Rory O’Connor Digs Social Media. An interview on the occasion of his new book, “Friends, Followers, and the Future: How Social Media are Changing Politics, Threatening Big Brands, and Killing Traditional Media.” (The Boston Phoenix, May 14, 2012)
Out of Print, a Book Reappears — and Earns Its Author Money. An essay about self-publishing my book on dwarfism, “Little People,” after the original hardcover edition had gone out of print. (Nieman Reports, Winter 2011)
Radio “joke” exposes bias against dwarfism. An op-ed piece about radio talk-show host Michael Graham and guests, who mocked a woman with dwarfism after she won a discrimination complaint against Starbucks. (The Boston Globe, August 25, 2011)
Deciphering the Life of a Complicated Thinker. A review of Douglas Coupland’s biography of Marshall McLuhan, “You Know Nothing of My Work!” (Nieman Reports, Summer 2011)
And a Dollar Short. A review of “Bad News: How America’s Business Press Missed the Story of the Century.” (Columbia Magazine, Summer 2011)
The 14th Annual Muzzle Awards. My yearly New England round-up of those who undermined freedom of speech and personal liberties. (The Phoenix newspapers, June 29, 2011)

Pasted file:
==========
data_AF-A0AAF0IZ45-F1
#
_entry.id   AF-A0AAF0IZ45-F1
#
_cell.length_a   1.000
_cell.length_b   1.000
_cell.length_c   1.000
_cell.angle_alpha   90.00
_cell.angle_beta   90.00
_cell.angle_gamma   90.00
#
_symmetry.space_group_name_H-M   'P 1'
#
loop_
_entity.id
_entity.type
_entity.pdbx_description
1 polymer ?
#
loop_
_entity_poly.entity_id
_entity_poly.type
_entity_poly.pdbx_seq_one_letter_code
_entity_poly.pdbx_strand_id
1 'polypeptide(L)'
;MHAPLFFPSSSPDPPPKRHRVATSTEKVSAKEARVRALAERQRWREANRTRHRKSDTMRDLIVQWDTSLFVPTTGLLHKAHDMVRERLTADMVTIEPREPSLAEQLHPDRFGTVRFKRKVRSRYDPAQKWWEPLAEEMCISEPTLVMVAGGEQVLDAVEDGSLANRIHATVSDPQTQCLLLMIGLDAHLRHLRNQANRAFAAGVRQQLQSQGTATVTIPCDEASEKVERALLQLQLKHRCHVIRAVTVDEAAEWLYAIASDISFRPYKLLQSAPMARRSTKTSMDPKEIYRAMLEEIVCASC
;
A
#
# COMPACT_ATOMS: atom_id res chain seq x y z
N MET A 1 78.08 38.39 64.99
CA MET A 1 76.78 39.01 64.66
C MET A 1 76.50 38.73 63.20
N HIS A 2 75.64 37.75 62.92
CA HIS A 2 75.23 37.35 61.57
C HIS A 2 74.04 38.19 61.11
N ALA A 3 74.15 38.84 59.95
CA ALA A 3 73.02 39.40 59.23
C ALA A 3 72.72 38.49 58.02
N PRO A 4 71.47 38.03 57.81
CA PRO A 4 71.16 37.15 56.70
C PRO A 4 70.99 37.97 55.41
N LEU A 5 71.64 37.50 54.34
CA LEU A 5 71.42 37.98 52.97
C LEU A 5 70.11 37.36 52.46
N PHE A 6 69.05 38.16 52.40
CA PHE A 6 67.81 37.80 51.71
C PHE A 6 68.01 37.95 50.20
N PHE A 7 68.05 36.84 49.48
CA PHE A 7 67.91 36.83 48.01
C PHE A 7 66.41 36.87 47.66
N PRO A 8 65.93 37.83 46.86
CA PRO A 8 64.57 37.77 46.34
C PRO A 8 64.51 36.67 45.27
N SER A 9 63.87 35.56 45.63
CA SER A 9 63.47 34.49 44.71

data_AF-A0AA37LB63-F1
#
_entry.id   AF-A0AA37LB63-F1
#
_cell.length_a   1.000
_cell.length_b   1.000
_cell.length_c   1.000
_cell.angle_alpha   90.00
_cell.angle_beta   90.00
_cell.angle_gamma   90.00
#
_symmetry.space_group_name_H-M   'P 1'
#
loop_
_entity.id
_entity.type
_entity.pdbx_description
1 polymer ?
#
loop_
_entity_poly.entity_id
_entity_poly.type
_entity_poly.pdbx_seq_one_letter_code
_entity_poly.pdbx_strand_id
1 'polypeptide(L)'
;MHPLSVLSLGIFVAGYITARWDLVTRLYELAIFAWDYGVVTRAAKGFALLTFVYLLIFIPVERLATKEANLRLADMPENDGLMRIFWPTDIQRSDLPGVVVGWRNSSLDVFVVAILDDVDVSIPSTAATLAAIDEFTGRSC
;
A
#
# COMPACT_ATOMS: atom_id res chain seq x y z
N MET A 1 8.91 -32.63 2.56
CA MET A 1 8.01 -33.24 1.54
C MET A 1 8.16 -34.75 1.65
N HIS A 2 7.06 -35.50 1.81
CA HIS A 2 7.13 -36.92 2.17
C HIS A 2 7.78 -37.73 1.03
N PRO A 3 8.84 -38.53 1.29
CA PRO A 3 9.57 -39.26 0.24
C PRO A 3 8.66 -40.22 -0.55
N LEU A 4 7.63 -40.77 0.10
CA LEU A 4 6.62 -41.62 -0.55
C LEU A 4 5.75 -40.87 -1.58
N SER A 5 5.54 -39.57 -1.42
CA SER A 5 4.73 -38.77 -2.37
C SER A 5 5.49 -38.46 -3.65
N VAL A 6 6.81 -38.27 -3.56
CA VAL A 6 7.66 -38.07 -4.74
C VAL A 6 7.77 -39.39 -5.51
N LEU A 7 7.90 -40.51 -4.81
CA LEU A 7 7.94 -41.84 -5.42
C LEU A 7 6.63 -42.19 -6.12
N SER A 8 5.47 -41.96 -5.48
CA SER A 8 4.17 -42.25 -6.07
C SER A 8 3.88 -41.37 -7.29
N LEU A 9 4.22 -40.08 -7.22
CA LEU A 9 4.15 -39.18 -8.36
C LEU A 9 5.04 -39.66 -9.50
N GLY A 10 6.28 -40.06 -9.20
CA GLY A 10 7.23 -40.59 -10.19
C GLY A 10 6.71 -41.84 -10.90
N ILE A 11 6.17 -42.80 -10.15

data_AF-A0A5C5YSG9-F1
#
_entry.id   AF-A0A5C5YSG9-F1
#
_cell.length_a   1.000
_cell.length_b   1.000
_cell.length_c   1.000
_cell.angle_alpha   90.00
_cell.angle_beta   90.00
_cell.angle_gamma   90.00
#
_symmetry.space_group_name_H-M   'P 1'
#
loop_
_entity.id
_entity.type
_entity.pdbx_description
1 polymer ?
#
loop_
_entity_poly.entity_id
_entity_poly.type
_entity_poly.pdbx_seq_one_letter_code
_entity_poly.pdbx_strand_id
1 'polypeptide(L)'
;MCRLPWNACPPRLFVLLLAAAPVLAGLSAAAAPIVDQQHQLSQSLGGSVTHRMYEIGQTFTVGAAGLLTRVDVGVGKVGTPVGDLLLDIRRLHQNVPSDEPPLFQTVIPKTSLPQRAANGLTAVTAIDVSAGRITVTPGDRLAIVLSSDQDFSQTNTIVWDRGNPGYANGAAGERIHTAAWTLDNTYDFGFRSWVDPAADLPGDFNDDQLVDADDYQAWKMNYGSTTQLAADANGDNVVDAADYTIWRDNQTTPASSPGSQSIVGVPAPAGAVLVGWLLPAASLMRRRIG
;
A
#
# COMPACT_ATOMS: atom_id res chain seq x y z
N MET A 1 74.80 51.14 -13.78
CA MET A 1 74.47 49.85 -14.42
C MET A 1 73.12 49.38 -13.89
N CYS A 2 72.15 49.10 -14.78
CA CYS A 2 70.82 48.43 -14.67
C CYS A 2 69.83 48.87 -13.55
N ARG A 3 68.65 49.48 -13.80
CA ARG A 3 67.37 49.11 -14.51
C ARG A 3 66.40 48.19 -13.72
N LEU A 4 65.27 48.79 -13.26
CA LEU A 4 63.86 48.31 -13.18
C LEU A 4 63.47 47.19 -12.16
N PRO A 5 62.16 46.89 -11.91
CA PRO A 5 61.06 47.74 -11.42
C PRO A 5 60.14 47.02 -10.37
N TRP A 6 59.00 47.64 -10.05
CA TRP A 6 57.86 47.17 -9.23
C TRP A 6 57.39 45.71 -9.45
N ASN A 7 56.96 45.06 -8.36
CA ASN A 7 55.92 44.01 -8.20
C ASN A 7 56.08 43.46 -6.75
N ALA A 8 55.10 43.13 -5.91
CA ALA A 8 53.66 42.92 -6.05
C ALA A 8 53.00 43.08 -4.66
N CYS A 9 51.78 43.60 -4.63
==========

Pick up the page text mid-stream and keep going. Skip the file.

The 13th Annual Muzzle Awards: The yearly New England round-up of those who undermined freedom of speech and personal liberties. (The Phoenix newspapers, July 2, 2010)
Media criticism: Journalism versus advocacy. A review of Arthur Hayes’ book “Press Critics Are the Fifth Estate: Media Watchdogs in America.” (Nieman Reports, Winter 2009-’10)
The Bay State’s Senator: For Massachusetts, Ted Kennedy wasn’t just a member of an American dynasty, he was a resilient leader. (Forbes.com, August 26, 2009)
How Ted Kennedy’s Legacy Affects You. (Blast Magazine, August 26, 2009)
The 12th Annual Muzzle Awards: The yearly New England round-up of those who undermined freedom of speech and personal liberties. (The Phoenix newspapers, July 10, 2009)
The 11th Annual Muzzle Awards: The yearly New England round-up of those who undermined freedom of speech and personal liberties. (The Phoenix newspapers, June 26, 2008)
Political Blogs: Teaching us lessons about community. The mediascape of blogs, people “want the news delivered to them in the context of their attitudes and beliefs.” (Nieman Reports, Summer 2008)
The Kitchen Cupboard (pdf). (ArchitectureBoston, July 2008)